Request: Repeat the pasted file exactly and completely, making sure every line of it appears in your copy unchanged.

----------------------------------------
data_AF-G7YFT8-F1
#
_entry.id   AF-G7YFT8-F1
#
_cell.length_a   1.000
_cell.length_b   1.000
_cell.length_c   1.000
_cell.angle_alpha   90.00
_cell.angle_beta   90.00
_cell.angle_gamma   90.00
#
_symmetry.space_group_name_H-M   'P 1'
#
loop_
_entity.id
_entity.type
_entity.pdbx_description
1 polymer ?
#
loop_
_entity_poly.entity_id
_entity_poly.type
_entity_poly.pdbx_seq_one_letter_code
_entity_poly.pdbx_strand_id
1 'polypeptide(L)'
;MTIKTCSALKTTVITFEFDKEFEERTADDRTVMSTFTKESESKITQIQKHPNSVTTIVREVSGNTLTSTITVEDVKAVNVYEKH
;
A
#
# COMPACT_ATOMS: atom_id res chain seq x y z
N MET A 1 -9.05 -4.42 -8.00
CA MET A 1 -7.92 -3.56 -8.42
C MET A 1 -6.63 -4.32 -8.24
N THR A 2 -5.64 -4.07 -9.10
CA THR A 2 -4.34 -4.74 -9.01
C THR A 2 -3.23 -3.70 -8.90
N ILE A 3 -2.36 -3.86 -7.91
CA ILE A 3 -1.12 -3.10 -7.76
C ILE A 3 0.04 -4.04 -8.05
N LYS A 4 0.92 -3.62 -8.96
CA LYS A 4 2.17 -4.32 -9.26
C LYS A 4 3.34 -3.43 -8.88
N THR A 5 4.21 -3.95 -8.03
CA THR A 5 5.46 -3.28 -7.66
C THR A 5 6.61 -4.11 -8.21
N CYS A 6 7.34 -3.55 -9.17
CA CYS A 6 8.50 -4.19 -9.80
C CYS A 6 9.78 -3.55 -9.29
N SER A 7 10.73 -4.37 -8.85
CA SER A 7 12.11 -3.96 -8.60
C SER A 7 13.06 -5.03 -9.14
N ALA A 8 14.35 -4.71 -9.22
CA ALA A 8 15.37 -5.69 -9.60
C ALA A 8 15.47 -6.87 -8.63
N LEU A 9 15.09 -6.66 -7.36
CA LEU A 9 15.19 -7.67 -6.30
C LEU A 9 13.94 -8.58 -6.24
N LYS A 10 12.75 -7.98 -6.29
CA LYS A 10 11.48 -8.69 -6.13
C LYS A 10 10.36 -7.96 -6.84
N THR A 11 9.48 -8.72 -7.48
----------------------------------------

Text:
data_AF-G7YFT8-F1
#
_entry.id   AF-G7YFT8-F1
#
_cell.length_a   1.000
_cell.length_b   1.000
_cell.length_c   1.000
_cell.angle_alpha   90.00
_cell.angle_beta   90.00
_cell.angle_gamma   90.00
#
_symmetry.space_group_name_H-M   'P 1'
#
loop_
_entity.id
_entity.type
_entity.pdbx_description
1 polymer ?
#
loop_
_entity_poly.entity_id
_entity_poly.type
_entity_poly.pdbx_seq_one_letter_code
_entity_poly.pdbx_strand_id
1 'polypeptide(L)'
;MTIKTCSALKTTVITFEFDKEFEERTADDRTVMSTFTKESESKITQIQKHPNSVTTIVREVSGNTLTSTITVEDVKAVNVYEKH
;
A
#
# COMPACT_ATOMS: atom_id res chain seq x y z
N MET A 1 -9.05 -4.42 -8.00
CA MET A 1 -7.92 -3.56 -8.42
C MET A 1 -6.63 -4.32 -8.24
N THR A 2 -5.64 -4.07 -9.10
CA THR A 2 -4.34 -4.74 -9.01
C THR A 2 -3.23 -3.70 -8.90
N ILE A 3 -2.36 -3.86 -7.91
CA ILE A 3 -1.12 -3.10 -7.76
C ILE A 3 0.04 -4.04 -8.05
N LYS A 4 0.92 -3.62 -8.96
CA LYS A 4 2.17 -4.32 -9.26
C LYS A 4 3.34 -3.43 -8.88
N THR A 5 4.21 -3.95 -8.03
CA THR A 5 5.46 -3.28 -7.66
C THR A 5 6.61 -4.11 -8.21
N CYS A 6 7.34 -3.55 -9.17
CA CYS A 6 8.50 -4.19 -9.80
C CYS A 6 9.78 -3.55 -9.29
N SER A 7 10.73 -4.37 -8.85
CA SER A 7 12.11 -3.96 -8.60
C SER A 7 13.06 -5.03 -9.14
N ALA A 8 14.35 -4.71 -9.22
CA ALA A 8 15.37 -5.69 -9.60
C ALA A 8 15.47 -6.87 -8.63
N LEU A 9 15.09 -6.66 -7.36
CA LEU A 9 15.19 -7.67 -6.30
C LEU A 9 13.94 -8.58 -6.24
N LYS A 10 12.75 -7.98 -6.29
CA LYS A 10 11.48 -8.69 -6.13
C LYS A 10 10.36 -7.96 -6.84
N THR A 11 9.48 -8.72 -7.48